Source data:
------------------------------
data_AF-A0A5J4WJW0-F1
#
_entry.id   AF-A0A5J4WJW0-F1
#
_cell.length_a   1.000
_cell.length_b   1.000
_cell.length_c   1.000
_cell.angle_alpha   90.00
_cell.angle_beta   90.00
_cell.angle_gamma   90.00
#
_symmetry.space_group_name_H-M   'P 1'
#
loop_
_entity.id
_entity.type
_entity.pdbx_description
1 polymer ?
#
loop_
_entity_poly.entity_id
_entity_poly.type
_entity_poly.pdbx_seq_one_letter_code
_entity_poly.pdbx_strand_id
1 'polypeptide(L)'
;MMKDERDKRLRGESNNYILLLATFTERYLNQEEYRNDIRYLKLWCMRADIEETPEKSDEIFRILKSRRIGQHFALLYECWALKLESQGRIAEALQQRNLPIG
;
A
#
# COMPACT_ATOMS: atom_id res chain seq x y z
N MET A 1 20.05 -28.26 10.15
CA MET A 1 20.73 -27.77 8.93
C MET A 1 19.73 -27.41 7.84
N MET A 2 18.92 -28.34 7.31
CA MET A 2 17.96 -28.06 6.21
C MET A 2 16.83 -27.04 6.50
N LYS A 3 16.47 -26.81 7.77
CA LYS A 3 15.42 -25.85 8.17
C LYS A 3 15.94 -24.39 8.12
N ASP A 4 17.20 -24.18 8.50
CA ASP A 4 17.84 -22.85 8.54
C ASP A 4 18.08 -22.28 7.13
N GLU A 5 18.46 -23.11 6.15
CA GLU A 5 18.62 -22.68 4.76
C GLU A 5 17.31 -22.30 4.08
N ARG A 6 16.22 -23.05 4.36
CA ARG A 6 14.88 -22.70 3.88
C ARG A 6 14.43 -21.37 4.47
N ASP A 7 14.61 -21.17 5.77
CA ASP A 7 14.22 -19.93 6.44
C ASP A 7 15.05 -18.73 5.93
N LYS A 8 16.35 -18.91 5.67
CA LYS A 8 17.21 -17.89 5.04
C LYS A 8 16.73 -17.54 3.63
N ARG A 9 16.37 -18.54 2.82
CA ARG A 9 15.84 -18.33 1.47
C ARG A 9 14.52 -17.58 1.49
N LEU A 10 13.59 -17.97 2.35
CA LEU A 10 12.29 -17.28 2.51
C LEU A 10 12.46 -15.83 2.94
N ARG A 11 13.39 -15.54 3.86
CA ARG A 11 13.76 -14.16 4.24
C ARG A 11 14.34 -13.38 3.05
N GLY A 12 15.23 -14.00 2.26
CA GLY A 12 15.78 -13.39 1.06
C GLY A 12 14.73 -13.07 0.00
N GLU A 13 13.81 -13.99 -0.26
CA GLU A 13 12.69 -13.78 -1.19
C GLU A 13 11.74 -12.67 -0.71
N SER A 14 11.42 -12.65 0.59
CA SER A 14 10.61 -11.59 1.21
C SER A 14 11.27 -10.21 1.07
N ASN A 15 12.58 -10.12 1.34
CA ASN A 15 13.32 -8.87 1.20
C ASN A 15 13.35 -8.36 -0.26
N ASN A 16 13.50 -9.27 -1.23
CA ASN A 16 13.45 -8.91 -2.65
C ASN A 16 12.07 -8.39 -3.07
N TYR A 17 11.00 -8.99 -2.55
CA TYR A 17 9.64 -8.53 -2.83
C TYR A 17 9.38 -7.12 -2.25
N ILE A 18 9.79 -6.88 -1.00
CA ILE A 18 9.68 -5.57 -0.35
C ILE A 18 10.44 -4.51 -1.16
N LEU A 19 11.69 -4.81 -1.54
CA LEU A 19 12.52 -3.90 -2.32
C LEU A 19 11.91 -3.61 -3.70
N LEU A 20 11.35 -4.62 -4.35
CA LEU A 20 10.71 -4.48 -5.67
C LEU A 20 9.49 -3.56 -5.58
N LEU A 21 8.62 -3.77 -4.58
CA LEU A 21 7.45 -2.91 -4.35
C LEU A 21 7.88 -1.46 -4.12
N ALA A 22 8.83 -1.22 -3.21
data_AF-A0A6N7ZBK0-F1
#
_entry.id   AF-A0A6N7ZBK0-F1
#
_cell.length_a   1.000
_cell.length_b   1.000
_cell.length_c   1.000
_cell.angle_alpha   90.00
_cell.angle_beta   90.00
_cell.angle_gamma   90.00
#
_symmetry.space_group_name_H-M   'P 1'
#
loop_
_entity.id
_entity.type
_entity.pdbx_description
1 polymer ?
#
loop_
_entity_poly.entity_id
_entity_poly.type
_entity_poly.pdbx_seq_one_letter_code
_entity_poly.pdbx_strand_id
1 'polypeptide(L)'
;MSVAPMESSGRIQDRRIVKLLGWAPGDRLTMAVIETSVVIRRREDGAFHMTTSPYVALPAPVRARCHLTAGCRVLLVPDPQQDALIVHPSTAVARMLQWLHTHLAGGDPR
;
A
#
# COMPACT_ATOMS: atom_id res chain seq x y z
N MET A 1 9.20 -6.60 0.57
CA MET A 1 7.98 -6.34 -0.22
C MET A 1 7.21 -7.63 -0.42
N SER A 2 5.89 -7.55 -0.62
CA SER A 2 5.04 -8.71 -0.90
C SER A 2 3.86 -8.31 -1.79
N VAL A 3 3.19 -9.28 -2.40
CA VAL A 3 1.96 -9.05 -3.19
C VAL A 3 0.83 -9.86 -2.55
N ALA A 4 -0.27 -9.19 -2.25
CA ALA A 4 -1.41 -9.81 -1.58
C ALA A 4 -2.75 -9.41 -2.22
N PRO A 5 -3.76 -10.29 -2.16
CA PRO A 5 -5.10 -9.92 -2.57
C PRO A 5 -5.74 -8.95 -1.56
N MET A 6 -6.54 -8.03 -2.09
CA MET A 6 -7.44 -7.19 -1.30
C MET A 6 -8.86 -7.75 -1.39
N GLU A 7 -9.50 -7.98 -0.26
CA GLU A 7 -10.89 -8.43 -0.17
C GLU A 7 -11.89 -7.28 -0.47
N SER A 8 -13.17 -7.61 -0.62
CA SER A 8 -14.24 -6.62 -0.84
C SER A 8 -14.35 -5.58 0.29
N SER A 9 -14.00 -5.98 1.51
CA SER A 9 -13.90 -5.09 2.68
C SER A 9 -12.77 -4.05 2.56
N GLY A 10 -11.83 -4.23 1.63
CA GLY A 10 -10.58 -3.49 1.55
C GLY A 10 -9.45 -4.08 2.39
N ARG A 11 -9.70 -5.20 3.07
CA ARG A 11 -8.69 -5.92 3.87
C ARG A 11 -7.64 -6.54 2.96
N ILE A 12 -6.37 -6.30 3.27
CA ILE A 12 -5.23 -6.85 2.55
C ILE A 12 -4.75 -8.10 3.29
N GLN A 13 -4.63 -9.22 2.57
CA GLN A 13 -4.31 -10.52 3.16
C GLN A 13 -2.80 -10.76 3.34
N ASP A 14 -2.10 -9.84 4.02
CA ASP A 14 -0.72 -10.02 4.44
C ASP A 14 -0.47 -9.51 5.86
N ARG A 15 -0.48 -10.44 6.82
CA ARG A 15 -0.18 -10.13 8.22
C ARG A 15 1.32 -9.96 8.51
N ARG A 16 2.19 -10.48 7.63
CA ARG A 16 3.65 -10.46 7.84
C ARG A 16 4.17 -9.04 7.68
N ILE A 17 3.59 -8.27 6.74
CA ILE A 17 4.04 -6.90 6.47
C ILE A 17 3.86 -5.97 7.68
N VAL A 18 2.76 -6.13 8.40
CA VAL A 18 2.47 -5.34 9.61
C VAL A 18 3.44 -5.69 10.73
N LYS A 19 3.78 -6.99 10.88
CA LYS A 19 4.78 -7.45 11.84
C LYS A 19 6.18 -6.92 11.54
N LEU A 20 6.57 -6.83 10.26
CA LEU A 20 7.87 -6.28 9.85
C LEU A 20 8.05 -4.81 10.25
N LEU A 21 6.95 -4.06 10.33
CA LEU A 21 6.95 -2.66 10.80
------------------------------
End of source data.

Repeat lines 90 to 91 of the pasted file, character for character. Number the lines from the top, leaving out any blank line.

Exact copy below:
C LEU A 20 9.49 -3.56 -5.58
N LEU A 21 8.62 -3.77 -4.58